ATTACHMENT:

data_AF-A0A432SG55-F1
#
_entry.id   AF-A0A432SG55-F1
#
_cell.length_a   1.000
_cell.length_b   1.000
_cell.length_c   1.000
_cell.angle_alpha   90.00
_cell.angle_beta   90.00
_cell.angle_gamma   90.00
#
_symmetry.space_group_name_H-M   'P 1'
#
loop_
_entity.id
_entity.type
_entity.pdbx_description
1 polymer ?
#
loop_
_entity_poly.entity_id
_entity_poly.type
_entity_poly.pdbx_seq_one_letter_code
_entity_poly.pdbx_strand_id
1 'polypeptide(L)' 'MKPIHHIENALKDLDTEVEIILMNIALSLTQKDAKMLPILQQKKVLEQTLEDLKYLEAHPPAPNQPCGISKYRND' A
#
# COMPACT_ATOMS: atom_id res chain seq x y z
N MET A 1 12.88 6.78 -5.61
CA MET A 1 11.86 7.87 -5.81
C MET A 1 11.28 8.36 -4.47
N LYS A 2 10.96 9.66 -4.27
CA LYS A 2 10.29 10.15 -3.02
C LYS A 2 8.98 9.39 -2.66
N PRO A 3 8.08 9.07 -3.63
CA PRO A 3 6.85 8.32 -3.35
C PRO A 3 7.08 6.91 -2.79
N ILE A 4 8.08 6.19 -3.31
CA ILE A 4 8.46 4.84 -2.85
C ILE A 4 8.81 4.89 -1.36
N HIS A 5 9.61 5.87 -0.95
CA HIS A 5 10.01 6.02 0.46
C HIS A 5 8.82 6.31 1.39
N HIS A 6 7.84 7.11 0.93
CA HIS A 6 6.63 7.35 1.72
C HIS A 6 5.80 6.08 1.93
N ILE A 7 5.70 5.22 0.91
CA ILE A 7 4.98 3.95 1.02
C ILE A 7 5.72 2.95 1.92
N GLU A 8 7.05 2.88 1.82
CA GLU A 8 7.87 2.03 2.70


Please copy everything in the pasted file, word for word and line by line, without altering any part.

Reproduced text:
data_AF-A0A432SG55-F1
#
_entry.id   AF-A0A432SG55-F1
#
_cell.length_a   1.000
_cell.length_b   1.000
_cell.length_c   1.000
_cell.angle_alpha   90.00
_cell.angle_beta   90.00
_cell.angle_gamma   90.00
#
_symmetry.space_group_name_H-M   'P 1'
#
loop_
_entity.id
_entity.type
_entity.pdbx_description
1 polymer ?
#
loop_
_entity_poly.entity_id
_entity_poly.type
_entity_poly.pdbx_seq_one_letter_code
_entity_poly.pdbx_strand_id
1 'polypeptide(L)' 'MKPIHHIENALKDLDTEVEIILMNIALSLTQKDAKMLPILQQKKVLEQTLEDLKYLEAHPPAPNQPCGISKYRND' A
#
# COMPACT_ATOMS: atom_id res chain seq x y z
N MET A 1 12.88 6.78 -5.61
CA MET A 1 11.86 7.87 -5.81
C MET A 1 11.28 8.36 -4.47
N LYS A 2 10.96 9.66 -4.27
CA LYS A 2 10.29 10.15 -3.02
C LYS A 2 8.98 9.39 -2.66
N PRO A 3 8.08 9.07 -3.63
CA PRO A 3 6.85 8.32 -3.35
C PRO A 3 7.08 6.91 -2.79
N ILE A 4 8.08 6.19 -3.31
CA ILE A 4 8.46 4.84 -2.85
C ILE A 4 8.81 4.89 -1.36
N HIS A 5 9.61 5.87 -0.95
CA HIS A 5 10.01 6.02 0.46
C HIS A 5 8.82 6.31 1.39
N HIS A 6 7.84 7.11 0.93
CA HIS A 6 6.63 7.35 1.72
C HIS A 6 5.80 6.08 1.93
N ILE A 7 5.70 5.22 0.91
CA ILE A 7 4.98 3.95 1.02
C ILE A 7 5.72 2.95 1.92
N GLU A 8 7.05 2.88 1.82
CA GLU A 8 7.87 2.03 2.70